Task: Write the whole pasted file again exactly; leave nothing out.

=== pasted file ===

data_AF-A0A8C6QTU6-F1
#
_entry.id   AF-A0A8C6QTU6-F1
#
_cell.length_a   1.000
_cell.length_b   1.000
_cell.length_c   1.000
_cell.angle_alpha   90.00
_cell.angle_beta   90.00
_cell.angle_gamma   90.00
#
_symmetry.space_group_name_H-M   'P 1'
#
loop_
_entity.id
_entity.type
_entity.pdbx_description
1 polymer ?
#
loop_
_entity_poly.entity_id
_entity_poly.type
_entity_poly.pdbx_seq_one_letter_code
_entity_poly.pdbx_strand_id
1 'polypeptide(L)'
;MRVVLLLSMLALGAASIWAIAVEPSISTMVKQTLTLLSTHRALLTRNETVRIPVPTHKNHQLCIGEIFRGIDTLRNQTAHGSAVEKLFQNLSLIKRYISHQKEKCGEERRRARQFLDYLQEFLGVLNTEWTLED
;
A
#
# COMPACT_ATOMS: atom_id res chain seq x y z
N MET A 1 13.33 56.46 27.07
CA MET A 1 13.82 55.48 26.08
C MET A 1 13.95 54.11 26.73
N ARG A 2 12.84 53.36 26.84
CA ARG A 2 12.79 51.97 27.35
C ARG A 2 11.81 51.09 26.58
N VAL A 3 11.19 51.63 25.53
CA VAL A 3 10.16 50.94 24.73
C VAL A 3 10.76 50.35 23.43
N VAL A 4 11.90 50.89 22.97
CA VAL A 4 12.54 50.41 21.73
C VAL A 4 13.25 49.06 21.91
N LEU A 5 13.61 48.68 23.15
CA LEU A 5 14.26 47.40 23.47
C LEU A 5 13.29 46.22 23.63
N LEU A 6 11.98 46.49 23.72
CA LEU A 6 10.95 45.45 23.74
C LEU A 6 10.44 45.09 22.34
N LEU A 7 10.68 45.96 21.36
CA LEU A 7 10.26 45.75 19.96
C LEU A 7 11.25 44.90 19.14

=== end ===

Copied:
data_AF-A0A8C6QTU6-F1
#
_entry.id   AF-A0A8C6QTU6-F1
#
_cell.length_a   1.000
_cell.length_b   1.000
_cell.length_c   1.000
_cell.angle_alpha   90.00
_cell.angle_beta   90.00
_cell.angle_gamma   90.00
#
_symmetry.space_group_name_H-M   'P 1'
#
loop_
_entity.id
_entity.type
_entity.pdbx_description
1 polymer ?
#
loop_
_entity_poly.entity_id
_entity_poly.type
_entity_poly.pdbx_seq_one_letter_code
_entity_poly.pdbx_strand_id
1 'polypeptide(L)'
;MRVVLLLSMLALGAASIWAIAVEPSISTMVKQTLTLLSTHRALLTRNETVRIPVPTHKNHQLCIGEIFRGIDTLRNQTAHGSAVEKLFQNLSLIKRYISHQKEKCGEERRRARQFLDYLQEFLGVLNTEWTLED
;
A
#
# COMPACT_ATOMS: atom_id res chain seq x y z
N MET A 1 13.33 56.46 27.07
CA MET A 1 13.82 55.48 26.08
C MET A 1 13.95 54.11 26.73
N ARG A 2 12.84 53.36 26.84
CA ARG A 2 12.79 51.97 27.35
C ARG A 2 11.81 51.09 26.58
N VAL A 3 11.19 51.63 25.53
CA VAL A 3 10.16 50.94 24.73
C VAL A 3 10.76 50.35 23.43
N VAL A 4 11.90 50.89 22.97
CA VAL A 4 12.54 50.41 21.73
C VAL A 4 13.25 49.06 21.91
N LEU A 5 13.61 48.68 23.15
CA LEU A 5 14.26 47.40 23.47
C LEU A 5 13.29 46.22 23.63
N LEU A 6 11.98 46.49 23.72
CA LEU A 6 10.95 45.45 23.74
C LEU A 6 10.44 45.09 22.34
N LEU A 7 10.68 45.96 21.36
CA LEU A 7 10.26 45.75 19.96
C LEU A 7 11.25 44.90 19.14